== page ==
Top Ten Rules for Building Valuable Business Relationships

Mutually beneficial relationships are the backbone of a healthy business. Are you building these relationships for your business? And what does it take to create and sustain this type of relationship?

To answer this question, I decided to identify the behaviors I see in the leaders in my own small business network.

I’m drawn to people who are friendly and treat me with respect, whether or not they want to do business with me. When I see people who don’t keep their appointments and don’t follow-up e-mails and calls from people they know, it tells me a lot about how they are to do business with.

I like dealing with people who keep their word and follow through. These people not only get my business, they get the business of others who appreciate what it takes to maintain a valuable relationship.

The business leaders I know carry out the following ten behaviors. I’m calling them “rules” to emphasize their structural nature. As you read through these, you can rate your own behavior on a percentage basis. Then do an analysis to see where you might want to improve – assuming you agree it is a behavior you find valuable.

1 – Follow through! Think before you commit to something that you don’t have time to carry out. It’s a real pain to deal with people you can’t count on. People who become known for following through are sought out. We all want to do business with people who keep their commitments.

2 – Stay in touch! Check and respond to calls and e-mail regularly (at least once per day). There are lots of people who do the major part of their business using e-mail. If you fall behind, you could lose out. Leaders are both pro-active and responsive

You can defer “catch-up” calls for up to three days. Even if you don’t really want to speak to the person calling, plan to return their call, but make it short. You are in charge of the call. An e-mail may be adequate in some cases. Think about how you’d feel in the same circumstances.

3 – Be in constant learning mode. Ask lots of questions. Most people are happy to share their knowledge and experiences. Pursue additional knowledge when you see a direct benefit or have an interest. It’s important to keep an open mind because things change all the time – even facts. Be interested in knowing the perspective of others. It is a clue to how you can effectively communicate going forward.

And, remember, the better informed you are about anything, the better decisions you can make.

4 – Reach out to prospects and customers. Show you care about others. Inquire about their business, their thoughts on a relevant subject and their families. Business that’s dependent on personal relationships needs personal attention. Everyone in your database needs to hear from you with an appropriate frequency. Some people will get more attention than others, but find a way to keep your name on the mind of those in your network. This also keeps your network warm.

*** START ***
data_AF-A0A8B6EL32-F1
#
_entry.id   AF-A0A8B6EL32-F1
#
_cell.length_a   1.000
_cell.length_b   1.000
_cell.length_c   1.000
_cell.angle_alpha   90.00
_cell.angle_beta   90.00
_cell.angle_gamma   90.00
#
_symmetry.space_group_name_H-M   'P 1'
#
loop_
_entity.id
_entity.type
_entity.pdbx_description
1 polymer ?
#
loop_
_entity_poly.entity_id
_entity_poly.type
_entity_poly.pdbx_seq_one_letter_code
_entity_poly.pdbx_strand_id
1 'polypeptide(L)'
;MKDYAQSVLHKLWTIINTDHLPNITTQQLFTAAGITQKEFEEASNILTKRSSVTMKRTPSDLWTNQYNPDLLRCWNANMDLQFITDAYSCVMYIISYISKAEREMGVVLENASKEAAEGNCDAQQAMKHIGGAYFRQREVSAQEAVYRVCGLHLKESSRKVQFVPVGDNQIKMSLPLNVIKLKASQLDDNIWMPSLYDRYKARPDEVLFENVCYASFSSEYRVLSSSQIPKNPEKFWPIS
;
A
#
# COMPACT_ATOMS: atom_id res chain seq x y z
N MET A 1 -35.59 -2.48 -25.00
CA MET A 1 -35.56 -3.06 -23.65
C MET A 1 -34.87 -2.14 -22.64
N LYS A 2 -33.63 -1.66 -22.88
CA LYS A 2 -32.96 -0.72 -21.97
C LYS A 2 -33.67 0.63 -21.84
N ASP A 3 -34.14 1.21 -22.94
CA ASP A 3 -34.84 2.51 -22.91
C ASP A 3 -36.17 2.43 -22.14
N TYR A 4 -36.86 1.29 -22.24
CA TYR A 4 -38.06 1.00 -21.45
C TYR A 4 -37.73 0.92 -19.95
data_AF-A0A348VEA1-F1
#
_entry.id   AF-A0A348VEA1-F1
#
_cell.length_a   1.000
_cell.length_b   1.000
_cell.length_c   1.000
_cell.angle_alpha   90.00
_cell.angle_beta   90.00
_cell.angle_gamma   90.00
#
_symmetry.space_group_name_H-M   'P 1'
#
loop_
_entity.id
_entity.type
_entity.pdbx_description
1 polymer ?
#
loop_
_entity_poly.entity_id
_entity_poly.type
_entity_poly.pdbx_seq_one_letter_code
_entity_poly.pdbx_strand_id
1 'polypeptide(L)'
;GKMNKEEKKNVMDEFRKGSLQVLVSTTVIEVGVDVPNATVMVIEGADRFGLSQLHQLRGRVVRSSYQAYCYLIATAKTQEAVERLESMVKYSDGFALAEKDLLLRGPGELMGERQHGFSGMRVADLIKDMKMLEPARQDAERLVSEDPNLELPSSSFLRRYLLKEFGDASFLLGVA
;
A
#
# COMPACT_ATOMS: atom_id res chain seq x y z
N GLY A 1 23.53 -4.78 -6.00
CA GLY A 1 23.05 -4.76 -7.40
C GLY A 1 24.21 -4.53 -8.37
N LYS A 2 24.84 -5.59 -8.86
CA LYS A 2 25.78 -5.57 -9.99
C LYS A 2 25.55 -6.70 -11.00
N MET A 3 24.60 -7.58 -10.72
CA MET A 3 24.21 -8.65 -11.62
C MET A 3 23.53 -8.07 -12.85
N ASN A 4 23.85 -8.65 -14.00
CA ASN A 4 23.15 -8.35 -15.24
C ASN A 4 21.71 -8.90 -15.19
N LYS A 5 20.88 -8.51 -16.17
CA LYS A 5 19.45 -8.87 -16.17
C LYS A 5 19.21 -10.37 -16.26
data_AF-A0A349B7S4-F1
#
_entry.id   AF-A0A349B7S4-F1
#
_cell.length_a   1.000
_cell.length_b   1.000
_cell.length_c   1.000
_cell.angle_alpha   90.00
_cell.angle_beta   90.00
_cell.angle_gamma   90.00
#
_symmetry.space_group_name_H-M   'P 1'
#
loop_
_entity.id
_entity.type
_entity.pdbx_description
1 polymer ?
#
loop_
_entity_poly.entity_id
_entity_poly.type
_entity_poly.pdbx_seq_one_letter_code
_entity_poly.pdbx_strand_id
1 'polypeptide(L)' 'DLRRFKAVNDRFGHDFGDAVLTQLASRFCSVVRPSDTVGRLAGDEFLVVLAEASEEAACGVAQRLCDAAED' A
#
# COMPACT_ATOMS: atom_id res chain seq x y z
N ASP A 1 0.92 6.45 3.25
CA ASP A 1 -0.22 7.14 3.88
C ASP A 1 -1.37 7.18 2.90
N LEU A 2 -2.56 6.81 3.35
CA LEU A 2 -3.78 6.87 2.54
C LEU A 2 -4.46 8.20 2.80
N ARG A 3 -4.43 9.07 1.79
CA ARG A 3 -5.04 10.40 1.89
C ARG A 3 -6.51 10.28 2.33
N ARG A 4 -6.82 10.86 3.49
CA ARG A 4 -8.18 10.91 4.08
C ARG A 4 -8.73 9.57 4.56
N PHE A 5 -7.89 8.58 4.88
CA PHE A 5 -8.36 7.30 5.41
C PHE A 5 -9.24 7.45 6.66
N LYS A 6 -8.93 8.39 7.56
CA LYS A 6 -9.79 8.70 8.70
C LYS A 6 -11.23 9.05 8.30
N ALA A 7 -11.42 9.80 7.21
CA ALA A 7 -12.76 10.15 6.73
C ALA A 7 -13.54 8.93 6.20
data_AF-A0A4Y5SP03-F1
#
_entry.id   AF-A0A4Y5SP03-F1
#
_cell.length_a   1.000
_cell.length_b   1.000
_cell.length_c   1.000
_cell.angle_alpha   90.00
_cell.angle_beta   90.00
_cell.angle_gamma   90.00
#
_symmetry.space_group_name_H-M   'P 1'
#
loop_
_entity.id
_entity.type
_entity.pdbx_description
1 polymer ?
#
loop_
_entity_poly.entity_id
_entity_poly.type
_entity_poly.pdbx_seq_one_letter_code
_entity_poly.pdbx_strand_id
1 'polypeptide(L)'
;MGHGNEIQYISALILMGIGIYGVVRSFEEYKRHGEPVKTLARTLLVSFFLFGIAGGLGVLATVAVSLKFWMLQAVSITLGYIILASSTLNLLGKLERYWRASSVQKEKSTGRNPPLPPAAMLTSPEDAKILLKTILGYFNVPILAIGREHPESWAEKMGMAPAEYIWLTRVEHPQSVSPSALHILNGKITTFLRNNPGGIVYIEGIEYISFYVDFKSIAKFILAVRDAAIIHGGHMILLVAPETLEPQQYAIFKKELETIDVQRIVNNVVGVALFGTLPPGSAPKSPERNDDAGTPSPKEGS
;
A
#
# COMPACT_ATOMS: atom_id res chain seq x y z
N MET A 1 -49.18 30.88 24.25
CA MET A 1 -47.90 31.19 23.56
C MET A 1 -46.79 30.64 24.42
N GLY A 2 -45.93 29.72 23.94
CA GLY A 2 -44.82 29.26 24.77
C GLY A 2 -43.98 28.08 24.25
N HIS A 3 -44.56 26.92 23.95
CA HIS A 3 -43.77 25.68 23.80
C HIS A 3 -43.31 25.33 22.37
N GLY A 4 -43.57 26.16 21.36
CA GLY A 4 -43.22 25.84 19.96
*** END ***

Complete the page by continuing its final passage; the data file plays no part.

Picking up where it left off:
5 – Be a resource for others. It’s great when you can be the intermediary (the matchmaker) between colleagues. When someone needs a service or product that you can help provide through your referral, all parties benefit. Referrals beget referrals, even if indirectly.

A cue for making a referral is when someone specific comes to mind during a conversation. The more you do this, the easier it gets.

6 – Give recognition to everyone who contributes to your good. Saying “thank you” is a very pro-active step. It acknowledges value received. When you are recognized for contributing something of value, you feel satisfied. People follow those who are generous with recognition.

7 – Give recognition to others for their good work. This can be as simple as “great job”, or as elaborate as an award dinner. Recognition of accomplishments is another way of acknowledging value. If you want to become a better leader, hang out with other leaders doing good work and encouraging others to do the same.

8 – Have a self-directed course and a written plan. People like to deal with those who know where they’re going and how they plan to get there. Base your plan on self-knowledge and a clear vision for your business. If writing down your plans is hard for you, put them on your computer, your PDA, your calendar or wherever you’ll be most likely to follow through.

9 – Be consistent! Inconsistency is confusing. The more consistent you can be in your messages, your behavior and your personal and business dress, the clearer and stronger your image becomes. You want to be linked to the mission of your business – and memorable. How you present yourself and your business should suit your taste, but maintain respect for your audience and the message you’re trying to communicate. Looking good adds to feeling good, which adds to confidence.

10 – Enjoy your role!
Accept responsibility for being a leader; wear the role with pride and honor. Others will listen, support and follow you and will want to continue to do business with you.

Follow the rules of good business relationships and notice the impact on your own relationships, your image and your business. The more valuable business relationships we have, the stronger all our businesses will become.

To your success!